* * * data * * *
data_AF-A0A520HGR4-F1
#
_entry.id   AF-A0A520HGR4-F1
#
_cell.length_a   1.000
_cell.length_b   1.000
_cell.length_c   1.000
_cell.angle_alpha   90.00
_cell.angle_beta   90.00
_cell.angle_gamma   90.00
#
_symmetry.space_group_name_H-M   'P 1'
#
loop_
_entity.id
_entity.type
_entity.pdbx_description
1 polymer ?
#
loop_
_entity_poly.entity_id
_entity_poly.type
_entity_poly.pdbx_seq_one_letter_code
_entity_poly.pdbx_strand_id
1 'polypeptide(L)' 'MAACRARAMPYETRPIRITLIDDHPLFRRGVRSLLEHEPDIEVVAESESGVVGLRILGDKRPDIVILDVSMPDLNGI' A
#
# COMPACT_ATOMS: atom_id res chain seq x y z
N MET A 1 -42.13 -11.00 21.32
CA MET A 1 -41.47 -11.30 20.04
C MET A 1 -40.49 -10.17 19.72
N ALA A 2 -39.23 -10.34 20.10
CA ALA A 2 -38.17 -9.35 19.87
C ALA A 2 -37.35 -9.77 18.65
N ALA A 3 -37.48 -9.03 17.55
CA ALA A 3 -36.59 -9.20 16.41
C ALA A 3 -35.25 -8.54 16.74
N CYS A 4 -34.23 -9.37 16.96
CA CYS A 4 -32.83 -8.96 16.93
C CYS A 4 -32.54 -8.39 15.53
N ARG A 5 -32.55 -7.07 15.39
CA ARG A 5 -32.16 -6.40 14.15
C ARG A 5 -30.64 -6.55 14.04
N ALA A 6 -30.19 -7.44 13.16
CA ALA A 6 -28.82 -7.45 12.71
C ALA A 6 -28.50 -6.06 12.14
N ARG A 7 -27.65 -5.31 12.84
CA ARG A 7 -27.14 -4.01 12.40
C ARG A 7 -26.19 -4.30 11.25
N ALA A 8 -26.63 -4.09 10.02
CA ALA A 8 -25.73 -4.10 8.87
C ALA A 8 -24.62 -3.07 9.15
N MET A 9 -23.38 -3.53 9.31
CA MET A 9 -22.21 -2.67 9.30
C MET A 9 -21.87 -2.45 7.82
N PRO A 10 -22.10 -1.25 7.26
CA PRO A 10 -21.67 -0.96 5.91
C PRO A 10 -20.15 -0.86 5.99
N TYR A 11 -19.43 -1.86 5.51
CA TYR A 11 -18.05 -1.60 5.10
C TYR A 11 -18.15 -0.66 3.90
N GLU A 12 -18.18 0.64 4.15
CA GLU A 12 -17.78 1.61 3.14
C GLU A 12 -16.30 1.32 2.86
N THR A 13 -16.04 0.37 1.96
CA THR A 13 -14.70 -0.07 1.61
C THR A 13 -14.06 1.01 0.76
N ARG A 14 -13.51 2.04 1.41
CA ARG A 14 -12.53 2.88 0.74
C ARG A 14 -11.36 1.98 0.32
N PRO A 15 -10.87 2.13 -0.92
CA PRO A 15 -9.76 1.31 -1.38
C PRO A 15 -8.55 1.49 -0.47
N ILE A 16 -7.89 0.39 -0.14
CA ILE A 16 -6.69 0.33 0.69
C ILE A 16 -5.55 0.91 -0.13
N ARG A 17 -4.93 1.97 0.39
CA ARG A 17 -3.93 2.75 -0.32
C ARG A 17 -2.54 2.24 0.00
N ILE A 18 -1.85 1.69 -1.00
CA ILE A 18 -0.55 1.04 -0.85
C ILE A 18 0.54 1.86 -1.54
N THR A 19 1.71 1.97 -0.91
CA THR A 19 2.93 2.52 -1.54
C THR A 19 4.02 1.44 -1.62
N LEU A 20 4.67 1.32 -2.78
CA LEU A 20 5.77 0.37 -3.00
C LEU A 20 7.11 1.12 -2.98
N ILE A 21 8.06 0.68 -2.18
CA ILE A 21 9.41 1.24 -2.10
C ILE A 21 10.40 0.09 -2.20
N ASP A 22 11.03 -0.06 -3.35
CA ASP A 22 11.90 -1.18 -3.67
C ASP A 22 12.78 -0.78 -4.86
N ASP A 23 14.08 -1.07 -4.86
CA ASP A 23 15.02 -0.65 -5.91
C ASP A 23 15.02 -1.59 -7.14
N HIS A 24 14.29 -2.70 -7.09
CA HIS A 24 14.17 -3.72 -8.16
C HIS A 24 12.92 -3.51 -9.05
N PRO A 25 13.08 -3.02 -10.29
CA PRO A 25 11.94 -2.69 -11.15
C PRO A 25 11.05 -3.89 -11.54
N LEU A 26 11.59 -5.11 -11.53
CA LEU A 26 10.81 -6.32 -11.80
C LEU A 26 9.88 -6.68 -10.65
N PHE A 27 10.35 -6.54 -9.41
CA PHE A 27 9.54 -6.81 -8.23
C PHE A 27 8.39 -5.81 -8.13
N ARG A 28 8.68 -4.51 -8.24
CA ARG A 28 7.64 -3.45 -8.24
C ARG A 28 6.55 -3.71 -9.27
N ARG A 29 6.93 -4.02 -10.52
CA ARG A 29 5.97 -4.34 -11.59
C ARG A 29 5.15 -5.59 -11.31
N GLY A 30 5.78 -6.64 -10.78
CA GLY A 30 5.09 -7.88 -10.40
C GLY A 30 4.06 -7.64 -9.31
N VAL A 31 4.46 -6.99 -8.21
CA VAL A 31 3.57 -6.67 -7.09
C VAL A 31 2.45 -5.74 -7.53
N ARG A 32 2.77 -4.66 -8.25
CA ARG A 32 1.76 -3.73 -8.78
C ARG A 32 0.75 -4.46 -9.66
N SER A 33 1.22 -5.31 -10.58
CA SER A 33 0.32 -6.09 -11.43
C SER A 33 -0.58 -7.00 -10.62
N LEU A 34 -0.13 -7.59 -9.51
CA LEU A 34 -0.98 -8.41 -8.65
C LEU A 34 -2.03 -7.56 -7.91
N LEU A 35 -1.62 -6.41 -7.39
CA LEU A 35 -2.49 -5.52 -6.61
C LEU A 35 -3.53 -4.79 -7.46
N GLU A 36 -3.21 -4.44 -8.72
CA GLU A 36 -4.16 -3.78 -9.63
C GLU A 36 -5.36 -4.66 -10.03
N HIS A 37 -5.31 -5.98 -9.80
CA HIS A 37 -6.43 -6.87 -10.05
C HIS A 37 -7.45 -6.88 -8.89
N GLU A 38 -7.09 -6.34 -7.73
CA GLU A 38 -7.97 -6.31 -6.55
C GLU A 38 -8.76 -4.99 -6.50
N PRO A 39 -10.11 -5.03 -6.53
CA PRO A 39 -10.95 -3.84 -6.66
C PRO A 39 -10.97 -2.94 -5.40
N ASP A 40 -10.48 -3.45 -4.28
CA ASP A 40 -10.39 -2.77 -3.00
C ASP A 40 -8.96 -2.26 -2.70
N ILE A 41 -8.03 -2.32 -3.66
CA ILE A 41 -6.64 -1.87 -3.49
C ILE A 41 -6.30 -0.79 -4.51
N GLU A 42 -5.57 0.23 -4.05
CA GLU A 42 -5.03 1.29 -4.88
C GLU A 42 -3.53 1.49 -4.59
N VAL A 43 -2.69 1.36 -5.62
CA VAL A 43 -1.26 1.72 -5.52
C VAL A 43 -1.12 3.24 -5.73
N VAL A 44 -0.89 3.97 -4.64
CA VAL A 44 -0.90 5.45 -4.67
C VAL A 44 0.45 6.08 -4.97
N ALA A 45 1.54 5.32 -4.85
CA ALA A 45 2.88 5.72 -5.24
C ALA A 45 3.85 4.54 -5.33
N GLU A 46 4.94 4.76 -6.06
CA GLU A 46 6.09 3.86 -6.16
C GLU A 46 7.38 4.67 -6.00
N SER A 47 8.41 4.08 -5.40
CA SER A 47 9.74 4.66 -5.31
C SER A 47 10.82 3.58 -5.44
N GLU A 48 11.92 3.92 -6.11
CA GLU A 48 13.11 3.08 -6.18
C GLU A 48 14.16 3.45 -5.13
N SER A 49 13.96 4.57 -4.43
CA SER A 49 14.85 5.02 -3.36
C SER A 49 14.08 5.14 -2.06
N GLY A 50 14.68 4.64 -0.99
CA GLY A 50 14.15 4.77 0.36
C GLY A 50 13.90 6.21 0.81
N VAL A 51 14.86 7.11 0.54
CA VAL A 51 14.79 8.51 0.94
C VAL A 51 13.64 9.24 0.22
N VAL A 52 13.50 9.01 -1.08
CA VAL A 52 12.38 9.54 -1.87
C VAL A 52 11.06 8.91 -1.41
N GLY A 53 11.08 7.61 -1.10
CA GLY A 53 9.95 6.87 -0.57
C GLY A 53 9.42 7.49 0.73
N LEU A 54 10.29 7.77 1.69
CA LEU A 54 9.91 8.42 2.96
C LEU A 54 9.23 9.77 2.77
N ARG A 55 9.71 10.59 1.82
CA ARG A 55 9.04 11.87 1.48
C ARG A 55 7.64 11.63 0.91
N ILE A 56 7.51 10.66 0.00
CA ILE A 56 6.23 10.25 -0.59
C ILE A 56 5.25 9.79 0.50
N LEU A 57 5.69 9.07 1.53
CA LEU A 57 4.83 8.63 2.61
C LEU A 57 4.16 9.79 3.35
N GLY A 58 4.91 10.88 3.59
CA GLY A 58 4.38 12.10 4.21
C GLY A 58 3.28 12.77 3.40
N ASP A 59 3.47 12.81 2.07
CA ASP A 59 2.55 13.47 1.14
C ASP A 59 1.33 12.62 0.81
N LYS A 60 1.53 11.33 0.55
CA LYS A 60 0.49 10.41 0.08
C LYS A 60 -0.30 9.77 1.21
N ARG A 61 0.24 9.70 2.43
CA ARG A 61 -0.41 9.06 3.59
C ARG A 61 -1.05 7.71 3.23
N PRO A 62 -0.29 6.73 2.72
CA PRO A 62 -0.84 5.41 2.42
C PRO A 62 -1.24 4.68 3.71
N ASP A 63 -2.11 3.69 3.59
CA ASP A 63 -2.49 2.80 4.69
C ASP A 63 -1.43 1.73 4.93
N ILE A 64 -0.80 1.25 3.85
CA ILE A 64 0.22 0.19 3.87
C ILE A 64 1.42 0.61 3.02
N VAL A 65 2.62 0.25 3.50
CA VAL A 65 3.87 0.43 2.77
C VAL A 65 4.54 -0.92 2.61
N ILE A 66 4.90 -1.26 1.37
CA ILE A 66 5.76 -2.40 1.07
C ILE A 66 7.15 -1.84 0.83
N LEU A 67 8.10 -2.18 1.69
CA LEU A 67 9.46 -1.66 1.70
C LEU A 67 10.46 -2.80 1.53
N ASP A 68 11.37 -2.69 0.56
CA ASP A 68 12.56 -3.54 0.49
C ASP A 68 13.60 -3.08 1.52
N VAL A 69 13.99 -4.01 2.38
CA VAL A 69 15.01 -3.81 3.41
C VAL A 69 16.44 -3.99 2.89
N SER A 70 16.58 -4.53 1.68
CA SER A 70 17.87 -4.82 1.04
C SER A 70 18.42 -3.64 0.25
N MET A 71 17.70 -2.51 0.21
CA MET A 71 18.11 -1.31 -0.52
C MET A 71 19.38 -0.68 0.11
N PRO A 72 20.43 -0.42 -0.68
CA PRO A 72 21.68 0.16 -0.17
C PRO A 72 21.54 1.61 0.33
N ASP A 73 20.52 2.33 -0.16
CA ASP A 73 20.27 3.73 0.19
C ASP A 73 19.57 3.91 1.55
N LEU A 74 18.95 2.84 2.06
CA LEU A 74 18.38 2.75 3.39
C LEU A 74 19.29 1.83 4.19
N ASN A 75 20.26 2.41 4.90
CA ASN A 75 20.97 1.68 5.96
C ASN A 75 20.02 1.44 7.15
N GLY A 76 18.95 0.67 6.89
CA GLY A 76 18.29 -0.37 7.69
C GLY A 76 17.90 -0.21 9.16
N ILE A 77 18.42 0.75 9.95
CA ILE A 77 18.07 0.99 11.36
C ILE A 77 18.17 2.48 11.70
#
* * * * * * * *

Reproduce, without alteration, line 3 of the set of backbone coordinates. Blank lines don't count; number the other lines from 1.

_entry.id   AF-A0A520HGR4-F1